USDi: CPI, Minutes weigh on front end; BEs steepen
Click here for SDR inflation swap trades
CPI, Minutes weigh on front end; BEs steepen
CPI NSA came in a touch weaker than expected CPI came in a touch lower than expected (0.1%mom/5.0% yoy, core 0.4% mom/5.6% yoy vs. forecast 0.2%/5.1%, core 0.4%/5.6%) while NSA came in at 301.836 versus 302.241 forecast and 302.224 trading in the bookies yesterday.
TIPS breakevens came off immediately after the number, led by the front end. A bounced off the lows characterized the move up until the FOMC minutes and then since BEs have comes off back lower, with RYs lagging nominals. For example, the front end of the BE curve saw the 2y dip down to around 247.5bps in the initial response to the data, but then they rose to around 256bps before the FOMC Minutes, before receding back lower to rest around 251.5bps last. A source noted that once the knee-jerk panic sellers cleared, then fast money came in to buy the dip, while this afternoon's selloff was led by the 5y sector.
Meanwhile, the nominal curve has bull steepened, with front end yields down around 6bps versus the very back end up by around 1bp in yield. Equities closed with losses (DJIA -0.11%, S&P -0.39%, Nasdaq -0.85%), giving up midday gains. The energy sector mostly added to recent gains (WTI 2.09%, Brent +1.88% and NYH gasoline -0.12%).
As for The FOMC minutes, members expressed concern while also seeing inflation as still too high. To be sure, members observed that “inflation remained much too high and that the labor market remained tight” and thus “they anticipated that some additional policy firming may be appropriate to attain a sufficiently restrictive policy stance.” That said, the minutes also noted “many participants noted that the likely effects of recent banking-sector developments on economic activity = and inflation had led them to lower their assessments of the federal funds rate target range that would be sufficiently restrictive compared with assessments based solely on the recent economic data.”
Overall, looking at the TIPS price action, one source felt that longer term "if I could buy and hold TIPS I would, as I see upside risks," but nearer term, the potential tightening in credit "is a downside." For their part, analysts at BNP Paribas point out “while breakevens are softer on the day, the inflation market is already priced for a material softening in headline inflation over the next year.” BNP Paribas considers “key for the rates market is gaining increased confidence that the Fed can move towards less restrictive territory in real terms – something that the recent trend in wage growth coupled with moving beyond the peak in non-housing services inflation should allow.”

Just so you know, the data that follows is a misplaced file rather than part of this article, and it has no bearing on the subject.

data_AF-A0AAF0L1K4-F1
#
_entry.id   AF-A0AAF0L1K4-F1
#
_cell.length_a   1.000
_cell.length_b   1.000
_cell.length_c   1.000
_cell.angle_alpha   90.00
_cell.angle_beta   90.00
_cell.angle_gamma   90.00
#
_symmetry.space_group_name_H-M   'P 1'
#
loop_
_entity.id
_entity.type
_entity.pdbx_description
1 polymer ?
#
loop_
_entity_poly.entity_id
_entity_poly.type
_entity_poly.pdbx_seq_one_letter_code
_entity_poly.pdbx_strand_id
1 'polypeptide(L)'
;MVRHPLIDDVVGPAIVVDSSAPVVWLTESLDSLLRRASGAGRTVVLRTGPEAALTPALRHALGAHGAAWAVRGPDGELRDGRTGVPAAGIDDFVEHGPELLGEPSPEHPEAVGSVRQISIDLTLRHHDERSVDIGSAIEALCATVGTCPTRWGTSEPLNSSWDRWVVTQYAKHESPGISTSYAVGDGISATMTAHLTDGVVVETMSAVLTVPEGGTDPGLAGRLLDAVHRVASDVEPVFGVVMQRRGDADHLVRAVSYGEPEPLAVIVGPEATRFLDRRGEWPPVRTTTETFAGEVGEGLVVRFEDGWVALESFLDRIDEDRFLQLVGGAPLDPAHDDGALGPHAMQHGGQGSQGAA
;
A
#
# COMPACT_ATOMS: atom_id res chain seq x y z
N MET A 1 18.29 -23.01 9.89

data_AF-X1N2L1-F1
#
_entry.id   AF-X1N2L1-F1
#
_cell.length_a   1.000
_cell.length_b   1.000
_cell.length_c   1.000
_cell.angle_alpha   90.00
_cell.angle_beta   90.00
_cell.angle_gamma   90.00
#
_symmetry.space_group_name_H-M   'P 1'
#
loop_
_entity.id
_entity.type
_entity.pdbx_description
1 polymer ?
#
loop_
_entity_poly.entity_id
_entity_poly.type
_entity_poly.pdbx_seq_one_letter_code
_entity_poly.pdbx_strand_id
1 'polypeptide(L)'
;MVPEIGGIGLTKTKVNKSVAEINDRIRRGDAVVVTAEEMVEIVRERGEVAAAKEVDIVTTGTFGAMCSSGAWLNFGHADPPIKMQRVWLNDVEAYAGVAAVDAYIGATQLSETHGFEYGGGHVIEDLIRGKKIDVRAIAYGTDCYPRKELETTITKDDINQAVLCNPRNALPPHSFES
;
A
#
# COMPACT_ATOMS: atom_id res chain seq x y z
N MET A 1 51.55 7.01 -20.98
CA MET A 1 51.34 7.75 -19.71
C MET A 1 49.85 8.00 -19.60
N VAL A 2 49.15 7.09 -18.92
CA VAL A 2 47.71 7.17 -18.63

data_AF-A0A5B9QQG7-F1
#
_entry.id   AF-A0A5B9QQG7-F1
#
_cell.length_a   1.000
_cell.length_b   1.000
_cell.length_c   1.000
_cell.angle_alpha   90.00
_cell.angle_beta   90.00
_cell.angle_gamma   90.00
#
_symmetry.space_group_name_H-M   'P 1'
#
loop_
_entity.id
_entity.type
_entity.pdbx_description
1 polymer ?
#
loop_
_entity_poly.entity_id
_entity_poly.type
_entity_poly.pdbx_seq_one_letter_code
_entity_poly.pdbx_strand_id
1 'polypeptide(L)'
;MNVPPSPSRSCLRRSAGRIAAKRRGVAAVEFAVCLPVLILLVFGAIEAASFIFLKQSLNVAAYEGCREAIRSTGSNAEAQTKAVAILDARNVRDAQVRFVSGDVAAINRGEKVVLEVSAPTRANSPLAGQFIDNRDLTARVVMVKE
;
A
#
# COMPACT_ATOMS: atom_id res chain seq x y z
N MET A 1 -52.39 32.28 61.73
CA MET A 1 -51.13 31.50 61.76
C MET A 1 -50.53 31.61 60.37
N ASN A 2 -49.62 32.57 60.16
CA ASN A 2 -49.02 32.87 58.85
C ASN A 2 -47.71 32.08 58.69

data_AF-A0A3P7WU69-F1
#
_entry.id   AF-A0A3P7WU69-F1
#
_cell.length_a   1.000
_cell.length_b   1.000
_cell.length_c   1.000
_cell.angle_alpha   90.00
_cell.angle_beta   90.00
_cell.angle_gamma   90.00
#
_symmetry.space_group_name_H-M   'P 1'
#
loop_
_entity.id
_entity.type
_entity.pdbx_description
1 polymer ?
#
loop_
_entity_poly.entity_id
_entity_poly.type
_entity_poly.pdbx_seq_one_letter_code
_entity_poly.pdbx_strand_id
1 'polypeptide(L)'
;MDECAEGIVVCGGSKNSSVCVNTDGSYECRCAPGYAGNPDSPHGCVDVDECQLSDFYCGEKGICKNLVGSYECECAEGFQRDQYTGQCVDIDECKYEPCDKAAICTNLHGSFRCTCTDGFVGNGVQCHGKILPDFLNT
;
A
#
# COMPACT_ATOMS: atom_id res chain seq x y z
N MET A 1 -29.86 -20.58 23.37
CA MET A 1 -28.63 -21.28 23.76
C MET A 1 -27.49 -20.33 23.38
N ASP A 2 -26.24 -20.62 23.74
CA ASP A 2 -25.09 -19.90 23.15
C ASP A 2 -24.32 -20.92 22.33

Flow-wise, ZC inflation swap trades included 1y ZC swap at 258bps, 259bps, 260bps and 260.5bps, 10y ZC swap at 254.25bps versus 30y ZC swaps at 242.125bps, 10y ZC swap at 252.75bps, 5y ZC swaps at 25bps, 252.5bps and 252.25bps, according to the SDR.
Going into the close, the 2y breakeven is at 251.5bps (-16.2bps), 5y at 235.8bps (-6.5bps), 10y at 228bps (-1.3bps) and 30y at 226.5bps (+2bps).
Peak likely reached in services inflation – BNP Paribas
Analysts at BNP Paribas believes that “the key development in the March CPI report was a likely peak in services inflation, with the year-on-year rate for overall core services falling to 7.1% from 7.3% prior and for non-housing core services to 6.4% from 6.5% prior.”
“While these are still very high inflation rates, moving past peak is an important signpost – services inflation no longer appears to be getting worse, enabling a shift of focus to the return to target consistent levels,” BNP Paribas finds.
“Just as Powell flagged non-housing services inflation as ‘the most important category’ for the future of core inflation in November 2022, he simultaneously said the labor market ‘holds the key’ to understanding inflation in this category” and “now that non-housing services inflation has likely peaked, the Fed will be watching the evolution of the labor market and particularly wage growth for signals as to its path back to target,” BNP Paribas assesses.
However, “sequential price gains remained high in March, with core CPI rising 0.4% m/m (from 0.5% prior) and non-housing services CPI up 0.5% (from 0.6% prior)” and it believes “both of these should support the case for one further 25bp hike to bring fed funds in line with the current median end-year rate projection.”
Thus, BNP Paribas expects “the Fed to hike 25bp at the May FOMC meeting and pause thereafter, holding rates steady at 5.25% through the balance of the year.”